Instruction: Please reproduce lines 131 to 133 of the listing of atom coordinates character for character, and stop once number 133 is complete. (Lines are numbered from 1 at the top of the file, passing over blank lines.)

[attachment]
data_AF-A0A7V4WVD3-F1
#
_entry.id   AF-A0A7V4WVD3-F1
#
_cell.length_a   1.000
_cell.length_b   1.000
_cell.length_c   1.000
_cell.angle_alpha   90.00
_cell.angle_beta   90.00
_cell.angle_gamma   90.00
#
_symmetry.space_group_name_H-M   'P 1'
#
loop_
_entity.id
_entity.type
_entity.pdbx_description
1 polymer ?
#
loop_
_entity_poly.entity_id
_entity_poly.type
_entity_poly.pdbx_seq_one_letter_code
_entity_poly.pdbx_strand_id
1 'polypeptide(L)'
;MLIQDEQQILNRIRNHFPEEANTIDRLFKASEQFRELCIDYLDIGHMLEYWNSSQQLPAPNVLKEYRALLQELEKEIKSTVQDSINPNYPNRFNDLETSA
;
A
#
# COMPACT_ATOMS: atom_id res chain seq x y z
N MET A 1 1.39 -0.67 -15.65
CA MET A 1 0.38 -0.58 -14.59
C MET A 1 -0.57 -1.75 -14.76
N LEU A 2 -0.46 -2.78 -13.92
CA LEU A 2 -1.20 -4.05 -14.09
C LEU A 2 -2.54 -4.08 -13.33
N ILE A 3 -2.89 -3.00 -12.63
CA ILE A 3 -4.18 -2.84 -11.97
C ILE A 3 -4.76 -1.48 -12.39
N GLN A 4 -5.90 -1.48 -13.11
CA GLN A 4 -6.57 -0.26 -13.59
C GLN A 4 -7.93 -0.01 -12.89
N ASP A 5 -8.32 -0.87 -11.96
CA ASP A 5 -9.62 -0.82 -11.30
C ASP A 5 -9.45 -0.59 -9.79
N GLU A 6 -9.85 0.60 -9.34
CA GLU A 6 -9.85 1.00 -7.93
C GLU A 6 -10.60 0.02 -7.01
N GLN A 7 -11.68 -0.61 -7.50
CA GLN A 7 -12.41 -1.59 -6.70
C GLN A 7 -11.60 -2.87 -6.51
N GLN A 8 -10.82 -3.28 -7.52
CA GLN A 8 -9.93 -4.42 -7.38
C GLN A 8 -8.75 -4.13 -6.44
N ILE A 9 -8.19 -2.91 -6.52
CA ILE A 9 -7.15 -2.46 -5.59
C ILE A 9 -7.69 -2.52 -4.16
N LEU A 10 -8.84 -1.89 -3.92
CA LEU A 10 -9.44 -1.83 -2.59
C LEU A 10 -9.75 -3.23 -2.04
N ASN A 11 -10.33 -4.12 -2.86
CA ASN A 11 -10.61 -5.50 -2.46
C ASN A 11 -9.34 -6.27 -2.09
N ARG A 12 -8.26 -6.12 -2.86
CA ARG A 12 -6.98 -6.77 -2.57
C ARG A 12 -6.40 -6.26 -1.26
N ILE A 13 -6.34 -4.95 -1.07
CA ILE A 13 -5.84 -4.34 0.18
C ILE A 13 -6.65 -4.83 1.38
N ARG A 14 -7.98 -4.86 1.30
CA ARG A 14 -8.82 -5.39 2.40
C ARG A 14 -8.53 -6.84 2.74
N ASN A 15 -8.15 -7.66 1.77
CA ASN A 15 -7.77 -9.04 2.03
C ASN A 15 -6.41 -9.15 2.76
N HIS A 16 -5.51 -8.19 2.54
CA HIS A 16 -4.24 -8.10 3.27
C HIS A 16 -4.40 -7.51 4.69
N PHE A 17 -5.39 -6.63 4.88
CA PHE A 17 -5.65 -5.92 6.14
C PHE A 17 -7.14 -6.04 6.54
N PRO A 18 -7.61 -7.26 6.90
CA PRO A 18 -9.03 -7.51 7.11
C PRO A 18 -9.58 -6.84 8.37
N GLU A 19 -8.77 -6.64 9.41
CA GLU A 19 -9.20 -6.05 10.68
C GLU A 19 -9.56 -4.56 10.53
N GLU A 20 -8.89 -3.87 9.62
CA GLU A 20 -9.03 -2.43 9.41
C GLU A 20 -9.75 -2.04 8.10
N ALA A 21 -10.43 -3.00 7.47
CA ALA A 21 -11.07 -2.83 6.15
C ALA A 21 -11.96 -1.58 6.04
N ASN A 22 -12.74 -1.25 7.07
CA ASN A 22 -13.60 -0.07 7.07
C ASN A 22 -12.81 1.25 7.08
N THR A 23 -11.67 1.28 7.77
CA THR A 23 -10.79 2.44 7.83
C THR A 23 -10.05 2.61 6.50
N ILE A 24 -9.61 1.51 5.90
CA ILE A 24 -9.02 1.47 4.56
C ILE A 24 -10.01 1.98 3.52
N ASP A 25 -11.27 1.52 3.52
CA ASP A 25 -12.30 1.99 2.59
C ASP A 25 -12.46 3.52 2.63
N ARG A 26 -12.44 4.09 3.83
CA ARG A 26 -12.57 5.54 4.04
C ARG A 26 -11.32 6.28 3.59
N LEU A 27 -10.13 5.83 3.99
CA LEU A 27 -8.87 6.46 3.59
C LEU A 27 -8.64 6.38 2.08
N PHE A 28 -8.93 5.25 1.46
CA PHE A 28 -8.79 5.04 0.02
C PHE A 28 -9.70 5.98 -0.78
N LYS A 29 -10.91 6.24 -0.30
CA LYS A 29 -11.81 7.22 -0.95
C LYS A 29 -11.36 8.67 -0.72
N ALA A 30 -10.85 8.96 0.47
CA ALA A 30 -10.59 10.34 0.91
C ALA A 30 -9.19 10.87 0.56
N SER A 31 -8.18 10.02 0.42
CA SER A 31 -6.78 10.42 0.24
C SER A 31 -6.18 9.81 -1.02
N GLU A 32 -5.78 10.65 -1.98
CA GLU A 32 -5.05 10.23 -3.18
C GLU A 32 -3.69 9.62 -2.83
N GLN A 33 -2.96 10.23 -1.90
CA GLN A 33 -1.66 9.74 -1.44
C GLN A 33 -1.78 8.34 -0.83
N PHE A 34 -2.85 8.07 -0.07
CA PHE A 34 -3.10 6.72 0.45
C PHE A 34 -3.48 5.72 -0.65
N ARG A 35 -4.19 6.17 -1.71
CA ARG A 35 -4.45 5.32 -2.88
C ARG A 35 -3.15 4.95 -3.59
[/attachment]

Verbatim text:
CA PHE A 34 -3.10 6.72 0.45
C PHE A 34 -3.48 5.72 -0.65
N ARG A 35 -4.19 6.17 -1.71